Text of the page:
Frequently Asked Questions

What is Market Value?

The most probable price which a property should bring in a competitive and open market under all conditions requisite to a fair sale, the buyer and seller each acting prudently and knowledgeably, and assuming the price is not affected by undue stimulus. Implicit in this definition is the consummation of a sale as of a specified date and the passing of title from seller to buyer under conditions whereby:

  1. Buyer and seller are typically motivated;

  2. Both parties are well informed or well advised, and acting in what they consider their own best interests;

  3. A reasonable time is allowed for exposure in the open market;

  4. Payment is made in terms of cash in U.S. dollars or in terms of financial arrangements comparable thereto

  5. The price represents the normal consideration for the property sold unaffected by special or creative financing or sales concessions granted by anyone associated with the sale.

What Qualifications Must Appraisers Have?

All states require appraisers to be state licensed or certified in order to provide appraisals to federally regulated lenders. Some states require appraisers to be licensed or certified to provide appraisals for other parties as well. To become licensed or certified, one must pass an examination that is administered by your state’s appraisal board. Because state requirements vary, contact your state’s regulatory agency for specific requirements. The Appraiser Qualifications Board (AQB) of The Appraisal Foundation is authorized by Congress to establish the minimum requirements for Certified General Real Property Appraiser and Certified Residential Real Property Appraiser classifications, and the AQB provides recommended minimum requirements for the Licensed Real Property Appraiser and Trainee classifications.

What is LEED?

Leadership in Energy and Environmental Design (LEED) consists of a suite of rating systems for the design, construction and operation of high performance green buildings, homes and neighborhoods.

What is a Green Building?

Green building (also known as green construction or sustainable building) refers to a structure and using process that is environmentally responsible and resource-efficient throughout a building’s life-cycle: from siting to design, construction, operation, maintenance, renovation, and demolition. This requires close cooperation of the design team, the architects, the engineers, and the client at all project stages. The Green Building practice expands and complements the classical building design concerns of economy, utility, durability, and comfort.

What are the approaches to value?

There are three general groups of methodologies for determining value. These are usually referred to as the “three approaches to value” which are independent of each other:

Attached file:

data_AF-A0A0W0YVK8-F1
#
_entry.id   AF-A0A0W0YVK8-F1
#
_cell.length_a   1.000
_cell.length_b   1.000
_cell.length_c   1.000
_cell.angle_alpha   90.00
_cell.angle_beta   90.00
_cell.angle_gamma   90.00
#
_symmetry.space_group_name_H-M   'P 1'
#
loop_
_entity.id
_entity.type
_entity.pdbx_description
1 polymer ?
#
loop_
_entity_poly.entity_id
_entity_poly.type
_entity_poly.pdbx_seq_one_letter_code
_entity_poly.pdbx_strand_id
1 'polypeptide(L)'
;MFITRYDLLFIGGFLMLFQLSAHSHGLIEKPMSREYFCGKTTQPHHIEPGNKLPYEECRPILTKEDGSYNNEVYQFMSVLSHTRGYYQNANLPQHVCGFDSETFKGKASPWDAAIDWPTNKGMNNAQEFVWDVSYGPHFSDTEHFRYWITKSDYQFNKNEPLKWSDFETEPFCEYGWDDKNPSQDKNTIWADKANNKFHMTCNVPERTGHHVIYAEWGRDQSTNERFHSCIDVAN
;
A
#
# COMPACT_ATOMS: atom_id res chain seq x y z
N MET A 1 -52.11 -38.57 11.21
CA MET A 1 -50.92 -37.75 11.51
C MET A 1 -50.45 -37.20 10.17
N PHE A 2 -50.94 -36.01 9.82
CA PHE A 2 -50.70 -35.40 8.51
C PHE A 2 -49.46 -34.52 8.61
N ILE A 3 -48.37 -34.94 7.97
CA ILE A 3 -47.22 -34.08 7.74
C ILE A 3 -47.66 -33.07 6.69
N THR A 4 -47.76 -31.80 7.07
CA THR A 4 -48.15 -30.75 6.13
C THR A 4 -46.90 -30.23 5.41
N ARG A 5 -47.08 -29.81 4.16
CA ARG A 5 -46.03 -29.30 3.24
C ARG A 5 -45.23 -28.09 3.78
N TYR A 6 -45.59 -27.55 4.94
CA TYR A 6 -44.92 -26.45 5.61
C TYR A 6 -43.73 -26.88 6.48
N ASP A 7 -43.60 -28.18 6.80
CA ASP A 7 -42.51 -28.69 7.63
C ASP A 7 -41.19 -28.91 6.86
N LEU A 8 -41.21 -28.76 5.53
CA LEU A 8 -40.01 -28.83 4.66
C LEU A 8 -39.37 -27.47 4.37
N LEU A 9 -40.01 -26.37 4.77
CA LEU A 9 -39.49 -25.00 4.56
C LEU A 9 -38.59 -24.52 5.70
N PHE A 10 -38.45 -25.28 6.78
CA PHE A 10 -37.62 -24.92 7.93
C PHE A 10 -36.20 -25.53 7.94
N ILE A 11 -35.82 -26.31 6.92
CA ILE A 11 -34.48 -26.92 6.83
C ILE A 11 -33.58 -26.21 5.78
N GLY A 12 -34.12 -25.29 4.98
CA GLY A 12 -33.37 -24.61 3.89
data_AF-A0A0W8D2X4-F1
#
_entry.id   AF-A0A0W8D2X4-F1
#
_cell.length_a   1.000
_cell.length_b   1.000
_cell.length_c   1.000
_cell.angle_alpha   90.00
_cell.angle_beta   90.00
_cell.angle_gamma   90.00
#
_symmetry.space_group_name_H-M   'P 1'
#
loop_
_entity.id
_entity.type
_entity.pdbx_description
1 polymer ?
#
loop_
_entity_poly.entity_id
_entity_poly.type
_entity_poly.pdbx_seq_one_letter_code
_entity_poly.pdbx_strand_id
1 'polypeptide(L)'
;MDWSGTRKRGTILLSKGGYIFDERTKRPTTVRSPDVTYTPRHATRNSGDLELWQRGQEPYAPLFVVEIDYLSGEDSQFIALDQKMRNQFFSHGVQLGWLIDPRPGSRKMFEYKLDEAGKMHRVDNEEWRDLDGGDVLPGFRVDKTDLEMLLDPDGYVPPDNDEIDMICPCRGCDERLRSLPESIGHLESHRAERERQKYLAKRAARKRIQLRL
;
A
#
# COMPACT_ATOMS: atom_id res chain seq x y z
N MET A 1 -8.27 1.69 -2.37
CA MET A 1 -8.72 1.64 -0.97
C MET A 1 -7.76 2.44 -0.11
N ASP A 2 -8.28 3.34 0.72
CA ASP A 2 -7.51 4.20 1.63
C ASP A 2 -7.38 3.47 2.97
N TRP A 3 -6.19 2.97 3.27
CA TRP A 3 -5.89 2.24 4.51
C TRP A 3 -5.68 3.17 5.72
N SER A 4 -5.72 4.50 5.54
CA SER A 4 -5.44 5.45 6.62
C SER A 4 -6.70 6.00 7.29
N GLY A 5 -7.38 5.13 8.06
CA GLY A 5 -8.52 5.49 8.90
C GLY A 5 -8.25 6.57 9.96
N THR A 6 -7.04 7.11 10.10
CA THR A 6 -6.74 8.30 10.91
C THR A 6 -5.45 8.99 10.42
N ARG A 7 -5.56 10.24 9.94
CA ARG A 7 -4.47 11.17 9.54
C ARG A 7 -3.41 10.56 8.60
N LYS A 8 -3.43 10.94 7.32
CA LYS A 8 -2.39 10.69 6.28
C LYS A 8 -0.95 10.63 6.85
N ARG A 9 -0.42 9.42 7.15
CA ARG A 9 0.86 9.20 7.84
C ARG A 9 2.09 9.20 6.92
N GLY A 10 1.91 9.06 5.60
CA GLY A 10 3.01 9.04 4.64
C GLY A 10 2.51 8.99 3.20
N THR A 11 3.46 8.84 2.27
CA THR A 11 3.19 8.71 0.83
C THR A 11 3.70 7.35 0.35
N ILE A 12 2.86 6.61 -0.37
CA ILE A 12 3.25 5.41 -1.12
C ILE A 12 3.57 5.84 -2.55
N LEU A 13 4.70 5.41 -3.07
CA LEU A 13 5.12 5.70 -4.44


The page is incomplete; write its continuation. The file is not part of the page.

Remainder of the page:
Cost Approach
This approach is based upon the principle that the value of the property is significantly related to its physical characteristics, and that no one would pay more for a facility than it would cost to build a like facility in today’s market on a comparable site.

Income Approach
The Income Approach is based on the premise that properties similar to the subject are income producing, and that investors purchase these properties based upon their income-producing ability. In the Income Approach, market rents for the subject property are estimated, the applicable operating expenses are deducted, and the resulting net income is capitalized into a value estimate. This method is known as Direct Capitalization.

Another method of the Income Approach is the Discounted Cash Flow Analysis. This approach follows the same methodology as the direct capitalization but projects cash flows over a typical investor holding period. This approach is particularly meaningful for properties which have multiple tenants with varying lease terms. This approach is also useful in analyzing properties which are not stabilized, or have contract rents which differ substantially from market rent.

Sales Comparison Approach
This approach is based on the principle of substitution. This principle states that no one would pay more for the subject property than the value of similar property in the market. This approach analyzes sales of comparable properties with regard to the nature and condition of each sale. Comparisons are made for varying physical characteristics.

What is an MAI?

An MAI is a designated member of the Appraisal Institute, the highest level of accreditation in the industry.

What is the Role of the Appraiser?